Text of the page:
The present invention also discloses a method of providing access to a viscus region or hollow organ. Other objects and further features of the present invention will become apparent from the following description when read in conjunction with the attached drawings.

BRIEF DESCRIPTION OF THE DRAWINGS

FIG. 1a is an operational flowchart of the various components of the sealing viscus access system;

FIG. 1b is an alternate operational flowchart of various components of the sealing viscus access system;

FIG. 2a is a cross sectional view of an embodiment of the tissue stabilizer of the present invention;

FIG. 2b is a perspective view of an embodiment of the tissue stabilizer of the present invention;

FIG. 3 is cross sectional view of the needle guide of the present invention;

FIG. 4 is a cross sectional view of the tissue stabilizer of the present invention having a puncture device and a obturator positioned therein;

FIG. 5 is a cross sectional view of the tissue stabilizer or the present invention having a removable dilator and a sealing device positioned therein;

FIG. 6 is a cross sectional view of the cutting trocar or the present invention;

FIG. 7 is a perspective view of the sealing cannula of the present invention;

FIG. 8a is a cross sectional view of the sealing cannula of the present invention;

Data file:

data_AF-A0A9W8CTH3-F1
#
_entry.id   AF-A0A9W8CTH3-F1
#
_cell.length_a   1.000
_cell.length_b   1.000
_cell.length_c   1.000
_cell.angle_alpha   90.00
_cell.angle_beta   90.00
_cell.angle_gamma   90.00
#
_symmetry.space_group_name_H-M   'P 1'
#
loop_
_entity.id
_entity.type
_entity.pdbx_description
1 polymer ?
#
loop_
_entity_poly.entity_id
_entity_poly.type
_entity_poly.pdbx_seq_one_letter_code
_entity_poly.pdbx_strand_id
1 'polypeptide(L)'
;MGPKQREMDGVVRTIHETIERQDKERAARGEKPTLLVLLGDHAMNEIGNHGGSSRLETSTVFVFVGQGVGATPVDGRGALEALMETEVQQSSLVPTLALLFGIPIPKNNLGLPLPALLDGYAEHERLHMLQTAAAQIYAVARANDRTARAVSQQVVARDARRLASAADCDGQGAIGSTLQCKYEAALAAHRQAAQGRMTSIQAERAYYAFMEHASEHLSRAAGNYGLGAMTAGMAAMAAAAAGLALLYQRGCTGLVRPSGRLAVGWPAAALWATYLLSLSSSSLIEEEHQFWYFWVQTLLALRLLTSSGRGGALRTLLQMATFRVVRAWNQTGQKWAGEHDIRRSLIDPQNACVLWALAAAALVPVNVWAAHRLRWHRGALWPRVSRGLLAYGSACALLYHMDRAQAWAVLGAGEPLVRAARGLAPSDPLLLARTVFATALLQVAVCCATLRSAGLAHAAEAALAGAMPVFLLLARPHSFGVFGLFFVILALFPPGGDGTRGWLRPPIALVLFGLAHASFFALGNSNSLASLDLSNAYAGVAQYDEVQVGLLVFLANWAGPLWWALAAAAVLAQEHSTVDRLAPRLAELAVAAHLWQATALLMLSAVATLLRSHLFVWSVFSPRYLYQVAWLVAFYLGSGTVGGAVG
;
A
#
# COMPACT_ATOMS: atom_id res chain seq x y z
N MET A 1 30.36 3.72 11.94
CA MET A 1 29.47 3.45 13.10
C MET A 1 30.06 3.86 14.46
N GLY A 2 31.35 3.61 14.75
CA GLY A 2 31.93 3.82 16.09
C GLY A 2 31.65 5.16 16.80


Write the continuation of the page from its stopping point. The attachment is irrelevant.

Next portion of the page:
FIG. 8b is an exploded view of the sealing cannula of the present invention;

FIG. 9a is a side view of the tissue stabilizer of the present invention attached to tissue;

FIG. 9b is a side view of the tissue stabilizer of the present invention attached to tissue and having a needle guide positioned therein;

FIG. 9c is a side view of the tissue stabilizer of the present invention attached to tissue and having a needle guide positioned containing an obturator and a puncture device positioned therein;

FIG. 9d is a side view of the tissue stabilizer of the present invention attached to tissue and having a needle guide positioned containing an obturator and a puncture device puncturing the tissue;

FIG. 9e is a side view of the tissue stabilizer of the present invention attached to tissue and having a puncture device positioned therein;

FIG. 9f is a side view of the tissue stabilizer of the present invention attached to tissue and having a removable dilator and a puncture device positioned therein;